Derek, this book is simply fantastic. All that info in one place, this is a worth while investment for anyone getting into this space. I have been playing with pics, motorola controllers, stm’s etc and have several dozen books on this subject matter, this one is pretty incredible with indepth technical detail and how-to’s for beginners and advanced alike. the accompanying website with updated info is superb with new content, code and articles etc saved me hundreds of hours of googling, a lot of effort has gone into this book, thanks to everyones contributions, especially to Derek for taking the time to write this comprehensive treasure of a book! This is THE book to own if anyone is interested in jumping into IoT space, microcontrollers, hands on solution development using reasonably yet powerful modern soc type processors, just buy this book asap, you wont regret it. Looking forward to more from you. -Elliott, Ontario, Canada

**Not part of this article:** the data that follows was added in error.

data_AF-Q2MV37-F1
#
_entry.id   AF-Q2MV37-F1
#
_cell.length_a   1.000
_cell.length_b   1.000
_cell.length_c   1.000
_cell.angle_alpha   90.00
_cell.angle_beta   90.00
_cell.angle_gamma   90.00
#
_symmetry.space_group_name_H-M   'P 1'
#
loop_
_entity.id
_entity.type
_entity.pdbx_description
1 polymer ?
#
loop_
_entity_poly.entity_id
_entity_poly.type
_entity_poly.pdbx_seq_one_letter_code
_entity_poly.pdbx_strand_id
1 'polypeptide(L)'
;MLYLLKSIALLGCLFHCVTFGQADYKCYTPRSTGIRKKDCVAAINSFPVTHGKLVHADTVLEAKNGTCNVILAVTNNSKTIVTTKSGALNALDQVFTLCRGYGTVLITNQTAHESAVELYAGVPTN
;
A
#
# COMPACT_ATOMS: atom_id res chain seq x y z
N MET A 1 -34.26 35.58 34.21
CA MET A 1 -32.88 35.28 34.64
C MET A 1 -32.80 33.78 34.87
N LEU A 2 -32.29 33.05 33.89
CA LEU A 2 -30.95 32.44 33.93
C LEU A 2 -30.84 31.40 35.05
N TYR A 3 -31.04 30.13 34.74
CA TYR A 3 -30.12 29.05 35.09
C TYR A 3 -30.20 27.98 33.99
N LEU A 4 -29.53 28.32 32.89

23. Citius May 23, 2015 at 2:41 pm

    This book along with the companion website are incredible. I have read the book from cover to cover and now carry it with me everywhere in my backpack as an invaluable resource to refer back to. I recommend it to anyone I meet who is interested in BBB. There is no other way to so thoroughly learn BeagleBone. From what you learn in this great book and the companion site resources a, there is very little you cannot do with this BBB platform. I strongly believe a dedicated person could make a living developing solutions using simply their mind, and the powerful BeagleBone Black and this book (and website) as a guide.

    • Derek May 23, 2015 at 4:58 pm

      Thanks! Derek.

  24. ben August 3, 2015 at 1:19 am

    I finally took the plunge and bought a bbb and the book! It was my new year’s resolution to start learning this, so I’m just a few months behind 😉

    Coming from a windows application programming side, never having touched linux, let alone building linux for an embedded device, anyone know if visualgdb or wingdb is commonly used (either in the book or communiity) ? It’d be nice to use the M$ Studio IDE for developing/debugging, at least until I’m familiar with gnu toolchains, etc.

    My main learning objectives are working with linux embedded system and network programming… specifically, I’m interested in UDP programming, as I understand it is the common way IoT devices communicate. I assume a dedicated book on TCP/IP is needed to understand networking, any recommendations or videos that would be a good start? I saw a book for ‘WireShark’ but it seems geared for advanced readers.